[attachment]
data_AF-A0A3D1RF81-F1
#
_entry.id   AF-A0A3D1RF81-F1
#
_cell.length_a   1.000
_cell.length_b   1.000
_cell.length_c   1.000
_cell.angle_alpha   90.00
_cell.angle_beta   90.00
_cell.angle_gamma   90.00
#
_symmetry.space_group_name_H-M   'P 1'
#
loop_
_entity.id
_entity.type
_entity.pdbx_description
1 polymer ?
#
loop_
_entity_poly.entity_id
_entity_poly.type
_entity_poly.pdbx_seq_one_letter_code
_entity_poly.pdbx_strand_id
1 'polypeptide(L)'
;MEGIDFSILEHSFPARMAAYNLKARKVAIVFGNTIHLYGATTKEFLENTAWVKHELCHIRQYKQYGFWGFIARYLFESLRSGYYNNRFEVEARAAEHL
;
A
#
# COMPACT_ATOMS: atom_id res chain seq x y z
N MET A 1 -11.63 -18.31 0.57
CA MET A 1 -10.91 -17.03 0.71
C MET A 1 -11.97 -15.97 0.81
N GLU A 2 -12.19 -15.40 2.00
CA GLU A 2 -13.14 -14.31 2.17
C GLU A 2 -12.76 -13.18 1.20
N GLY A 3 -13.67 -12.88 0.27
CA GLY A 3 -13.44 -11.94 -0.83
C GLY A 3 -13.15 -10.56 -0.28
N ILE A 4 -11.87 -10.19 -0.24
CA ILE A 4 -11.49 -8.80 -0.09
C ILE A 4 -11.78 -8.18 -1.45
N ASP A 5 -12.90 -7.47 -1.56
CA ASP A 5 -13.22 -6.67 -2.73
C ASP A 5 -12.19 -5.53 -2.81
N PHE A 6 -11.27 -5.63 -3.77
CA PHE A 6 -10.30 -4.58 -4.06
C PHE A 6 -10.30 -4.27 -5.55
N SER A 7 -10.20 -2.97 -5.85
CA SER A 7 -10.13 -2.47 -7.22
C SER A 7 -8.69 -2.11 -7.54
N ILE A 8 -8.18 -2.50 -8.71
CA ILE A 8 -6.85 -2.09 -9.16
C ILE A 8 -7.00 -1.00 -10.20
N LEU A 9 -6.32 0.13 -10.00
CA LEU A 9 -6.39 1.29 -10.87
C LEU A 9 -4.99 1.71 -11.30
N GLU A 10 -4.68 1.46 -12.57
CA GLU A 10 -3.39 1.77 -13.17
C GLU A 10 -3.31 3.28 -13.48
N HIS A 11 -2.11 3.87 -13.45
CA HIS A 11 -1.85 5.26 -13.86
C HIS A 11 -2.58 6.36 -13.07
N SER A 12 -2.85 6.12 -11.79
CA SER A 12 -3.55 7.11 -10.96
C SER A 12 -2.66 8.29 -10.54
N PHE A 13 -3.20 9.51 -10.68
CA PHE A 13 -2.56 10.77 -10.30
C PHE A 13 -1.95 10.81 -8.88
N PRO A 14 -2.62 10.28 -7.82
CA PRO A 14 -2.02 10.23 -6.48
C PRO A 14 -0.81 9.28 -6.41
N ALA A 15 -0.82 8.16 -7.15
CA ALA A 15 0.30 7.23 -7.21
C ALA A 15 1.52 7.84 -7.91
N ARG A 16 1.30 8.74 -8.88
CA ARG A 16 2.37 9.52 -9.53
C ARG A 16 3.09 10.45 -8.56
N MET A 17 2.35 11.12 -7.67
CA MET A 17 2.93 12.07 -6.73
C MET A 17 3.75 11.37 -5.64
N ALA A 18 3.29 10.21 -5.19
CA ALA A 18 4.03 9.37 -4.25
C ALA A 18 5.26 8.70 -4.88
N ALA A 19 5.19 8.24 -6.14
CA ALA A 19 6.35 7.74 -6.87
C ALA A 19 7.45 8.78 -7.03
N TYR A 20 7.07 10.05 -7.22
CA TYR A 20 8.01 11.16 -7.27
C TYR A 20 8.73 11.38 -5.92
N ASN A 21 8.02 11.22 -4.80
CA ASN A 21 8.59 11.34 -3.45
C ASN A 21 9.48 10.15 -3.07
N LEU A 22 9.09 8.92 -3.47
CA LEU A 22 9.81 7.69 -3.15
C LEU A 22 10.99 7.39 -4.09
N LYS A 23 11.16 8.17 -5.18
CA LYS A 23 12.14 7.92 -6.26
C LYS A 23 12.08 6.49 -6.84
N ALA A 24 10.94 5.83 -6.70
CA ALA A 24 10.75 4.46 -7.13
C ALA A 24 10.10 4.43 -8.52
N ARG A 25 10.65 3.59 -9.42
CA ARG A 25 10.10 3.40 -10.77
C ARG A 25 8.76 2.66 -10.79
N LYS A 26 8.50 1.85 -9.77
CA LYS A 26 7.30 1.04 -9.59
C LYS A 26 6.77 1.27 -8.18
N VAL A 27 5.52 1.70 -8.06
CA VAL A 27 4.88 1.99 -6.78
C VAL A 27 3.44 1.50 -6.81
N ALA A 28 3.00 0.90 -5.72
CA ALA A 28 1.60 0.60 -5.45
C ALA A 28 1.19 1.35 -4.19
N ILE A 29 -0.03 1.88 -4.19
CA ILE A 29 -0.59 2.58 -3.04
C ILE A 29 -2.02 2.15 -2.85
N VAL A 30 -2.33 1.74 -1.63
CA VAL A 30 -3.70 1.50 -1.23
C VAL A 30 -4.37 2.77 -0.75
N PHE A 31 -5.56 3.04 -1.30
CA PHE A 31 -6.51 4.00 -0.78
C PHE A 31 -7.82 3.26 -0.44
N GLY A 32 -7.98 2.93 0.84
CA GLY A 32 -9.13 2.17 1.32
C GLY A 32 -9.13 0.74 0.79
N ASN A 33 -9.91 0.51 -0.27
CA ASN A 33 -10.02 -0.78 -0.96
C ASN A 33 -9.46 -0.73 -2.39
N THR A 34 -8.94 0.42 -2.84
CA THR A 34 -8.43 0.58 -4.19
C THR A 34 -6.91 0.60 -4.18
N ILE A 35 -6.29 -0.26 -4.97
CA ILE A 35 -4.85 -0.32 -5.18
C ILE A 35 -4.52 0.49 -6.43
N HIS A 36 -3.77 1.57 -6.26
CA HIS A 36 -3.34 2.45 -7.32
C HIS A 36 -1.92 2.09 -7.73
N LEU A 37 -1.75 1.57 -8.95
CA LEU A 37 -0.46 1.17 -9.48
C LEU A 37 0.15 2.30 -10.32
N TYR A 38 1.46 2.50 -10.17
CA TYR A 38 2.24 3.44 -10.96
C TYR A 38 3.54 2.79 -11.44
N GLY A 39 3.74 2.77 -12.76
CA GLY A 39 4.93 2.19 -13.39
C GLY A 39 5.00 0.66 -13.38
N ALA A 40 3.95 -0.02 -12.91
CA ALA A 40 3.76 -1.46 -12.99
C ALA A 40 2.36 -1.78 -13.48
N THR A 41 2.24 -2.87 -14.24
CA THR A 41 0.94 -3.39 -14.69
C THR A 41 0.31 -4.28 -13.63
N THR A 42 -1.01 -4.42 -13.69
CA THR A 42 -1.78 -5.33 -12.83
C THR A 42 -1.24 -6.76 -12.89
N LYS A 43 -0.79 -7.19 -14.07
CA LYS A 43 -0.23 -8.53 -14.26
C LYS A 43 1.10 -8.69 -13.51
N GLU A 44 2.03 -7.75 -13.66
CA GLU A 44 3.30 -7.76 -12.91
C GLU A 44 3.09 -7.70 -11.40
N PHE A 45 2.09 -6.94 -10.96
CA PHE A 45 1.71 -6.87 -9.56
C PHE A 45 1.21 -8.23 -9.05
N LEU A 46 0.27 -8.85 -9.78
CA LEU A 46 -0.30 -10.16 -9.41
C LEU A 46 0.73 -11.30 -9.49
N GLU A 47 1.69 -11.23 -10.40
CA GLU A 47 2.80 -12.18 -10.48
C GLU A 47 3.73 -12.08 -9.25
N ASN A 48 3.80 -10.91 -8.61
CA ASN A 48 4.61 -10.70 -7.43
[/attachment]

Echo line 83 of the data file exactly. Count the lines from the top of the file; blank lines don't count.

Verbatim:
CA ALA A 18 4.03 9.37 -4.25